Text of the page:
“After Steve” by Tripp Mickle is about Apple and how it transformed after the death of Steve Jobs. The book shed light on what went on behind the scenes at arguably the most valuable company in the world through two main characters: Tim Cook and Jony Ive. With Cook, we see a then-lieutenant become the ultimate force and voice at Apple. Early in his tenure, Cook had to face investor doubt on whether he could fill the giant void that Jobs’ death left behind. How could he avoid that when his former boss was larger than life? He also had to deal with the precarious political storms both at home in the US and in China. The contrast in how he handled delicate political engagements and how Steve did before showed the difference between two men. There is also a challenge of managing Ive and the growing workforce which meant that the previous culture was no longer a fit. The once-influential Design team which colleagues jokingly referred to as Gods had to see their influence wane and give way for the Finance and Ops teams. Such a transition could only happen under Tim Cook’s watch. The financial results and market valuation of Apple is testament to the excellent job that Cook and his teams have done in the past 12 years. His appointment to CEO was the right call for Apple.
Regarding Jony, the talented artist craves creativity. However, even though he wanted to retain control over all things creative at Apple while not fully mourning Steve’s death, he felt suffocated by the corporate responsibilities, a barrage of meetings and internal fights with other teams. After Apple Watch and Apple Campus, Jony felt burned out and needed to turn a new chapter. Hence, he left the company where he spent most of his adult life. The author reported that after the departure of Jony, the Design team became liberated by not relying on Jony, who wasn’t fully present and committed in the last months of his time there. I do think it worked out for both Apple and Jony that he left. Jony is immensely talented and has world-class taste, but his lack of focus and commitment was detrimental to his teams and colleagues.
If you don’t follow Apple closely but are interested in the company, I think “After Steve” will be a good read. In addition to the evolution of the two characters and Apple itself, there are business lessons that one can take away. First, attention to detail.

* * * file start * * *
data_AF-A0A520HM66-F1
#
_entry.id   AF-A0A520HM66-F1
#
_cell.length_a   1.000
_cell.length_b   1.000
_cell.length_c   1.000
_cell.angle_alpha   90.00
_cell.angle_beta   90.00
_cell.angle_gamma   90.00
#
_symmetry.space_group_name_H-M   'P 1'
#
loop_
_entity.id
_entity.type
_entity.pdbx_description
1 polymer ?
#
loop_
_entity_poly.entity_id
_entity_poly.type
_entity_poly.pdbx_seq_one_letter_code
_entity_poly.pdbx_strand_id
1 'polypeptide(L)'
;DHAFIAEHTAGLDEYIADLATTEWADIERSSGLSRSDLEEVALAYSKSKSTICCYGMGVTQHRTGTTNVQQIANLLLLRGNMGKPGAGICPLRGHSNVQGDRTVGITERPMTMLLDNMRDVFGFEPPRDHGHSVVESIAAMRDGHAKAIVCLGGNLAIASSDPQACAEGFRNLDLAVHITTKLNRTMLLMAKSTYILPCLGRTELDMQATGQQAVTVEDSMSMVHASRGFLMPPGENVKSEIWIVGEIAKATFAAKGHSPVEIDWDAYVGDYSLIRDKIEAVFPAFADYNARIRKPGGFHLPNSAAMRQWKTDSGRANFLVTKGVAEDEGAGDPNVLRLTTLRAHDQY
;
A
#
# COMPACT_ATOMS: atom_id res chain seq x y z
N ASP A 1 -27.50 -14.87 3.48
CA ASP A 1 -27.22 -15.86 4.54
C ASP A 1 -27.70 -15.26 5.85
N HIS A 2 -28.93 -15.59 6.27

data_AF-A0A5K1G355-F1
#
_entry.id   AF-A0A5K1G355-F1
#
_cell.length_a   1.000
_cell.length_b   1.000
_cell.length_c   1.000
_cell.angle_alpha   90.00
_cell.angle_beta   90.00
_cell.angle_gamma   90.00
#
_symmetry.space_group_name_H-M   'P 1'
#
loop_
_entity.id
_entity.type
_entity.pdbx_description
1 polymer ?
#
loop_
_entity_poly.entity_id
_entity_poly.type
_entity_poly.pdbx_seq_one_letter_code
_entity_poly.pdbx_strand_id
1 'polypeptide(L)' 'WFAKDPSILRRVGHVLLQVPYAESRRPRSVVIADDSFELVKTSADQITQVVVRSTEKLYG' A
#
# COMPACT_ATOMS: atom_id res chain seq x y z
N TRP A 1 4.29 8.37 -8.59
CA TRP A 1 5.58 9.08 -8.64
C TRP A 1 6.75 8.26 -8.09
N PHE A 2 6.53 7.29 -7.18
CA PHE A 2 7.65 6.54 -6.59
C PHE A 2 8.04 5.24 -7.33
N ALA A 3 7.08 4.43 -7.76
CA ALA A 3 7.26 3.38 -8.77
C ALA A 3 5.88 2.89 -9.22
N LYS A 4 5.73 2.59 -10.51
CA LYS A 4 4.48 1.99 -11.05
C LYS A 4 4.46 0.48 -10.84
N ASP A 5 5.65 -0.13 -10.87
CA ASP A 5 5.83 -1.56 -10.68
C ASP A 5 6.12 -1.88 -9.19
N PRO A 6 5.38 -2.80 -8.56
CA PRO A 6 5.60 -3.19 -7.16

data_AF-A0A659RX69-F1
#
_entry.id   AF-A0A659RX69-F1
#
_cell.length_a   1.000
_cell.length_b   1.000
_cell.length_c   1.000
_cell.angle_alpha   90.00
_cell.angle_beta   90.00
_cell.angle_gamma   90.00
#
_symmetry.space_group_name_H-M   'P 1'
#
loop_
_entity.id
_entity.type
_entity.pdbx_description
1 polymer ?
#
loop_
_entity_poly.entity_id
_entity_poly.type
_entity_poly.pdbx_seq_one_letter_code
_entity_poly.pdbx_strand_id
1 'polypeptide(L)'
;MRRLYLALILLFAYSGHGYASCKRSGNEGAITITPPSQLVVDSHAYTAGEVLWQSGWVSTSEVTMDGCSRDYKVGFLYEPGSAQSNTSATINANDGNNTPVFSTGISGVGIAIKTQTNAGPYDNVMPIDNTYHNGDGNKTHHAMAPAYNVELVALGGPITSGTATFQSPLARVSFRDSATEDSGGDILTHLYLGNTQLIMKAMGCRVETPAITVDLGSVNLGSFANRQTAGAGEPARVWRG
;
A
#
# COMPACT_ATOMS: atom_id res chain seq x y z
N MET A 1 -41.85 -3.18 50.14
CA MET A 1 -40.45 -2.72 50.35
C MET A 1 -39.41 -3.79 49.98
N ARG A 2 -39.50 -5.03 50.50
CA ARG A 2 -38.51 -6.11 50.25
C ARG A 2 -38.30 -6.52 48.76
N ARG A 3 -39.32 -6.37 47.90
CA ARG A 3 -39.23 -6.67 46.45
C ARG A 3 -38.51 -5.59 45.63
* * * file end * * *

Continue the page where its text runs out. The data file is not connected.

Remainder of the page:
Tim Cook is maniacal on details. Becoming a CEO doesn’t mean that he cares only about strategy. At work, I often see executives talk high-level without drilling into details. For me, details matter. They require careful investigation which leads to deep understanding and better decision-making. Here are a few examples:
“The operations team, hollowed out by departures after Jobs’s return, detailed the headway they had made as Cook peppered them with questions: “Why is that? What do you mean?”
“I saw grown men cry,” said Joe O’Sullivan, who was the acting head of operations when Cook arrived. “He went into a level of detail that was phenomenal.”
“Joe, how many units did we produce today?” Cook would ask. “It was ten thousand,” O’Sullivan would answer.
“What was the yield?” he asked, referring to the percentage of units that passed quality assurance before shipment. “Ninety-eight percent.” Unimpressed by the efficiency, Cook would probe deeper. “So how did the two percent fail?”Excerpt From: Tripp Mickle. “After Steve.”
“He continued waking up each morning before 4:00 A.M. and reviewing sales data. He drilled down into small details, discovering through questions that one model of iPhone was outselling another in a small city in Georgia because the AT&T stores there were running different promotions from those being run in the rest of the state. He held a Friday meeting with operations and finance staff, which team members called “date night with Tim” because it would stretch for hours into the evening, when Cook seemed to have nowhere else to be.”Excerpt From: Tripp Mickle. “After Steve.”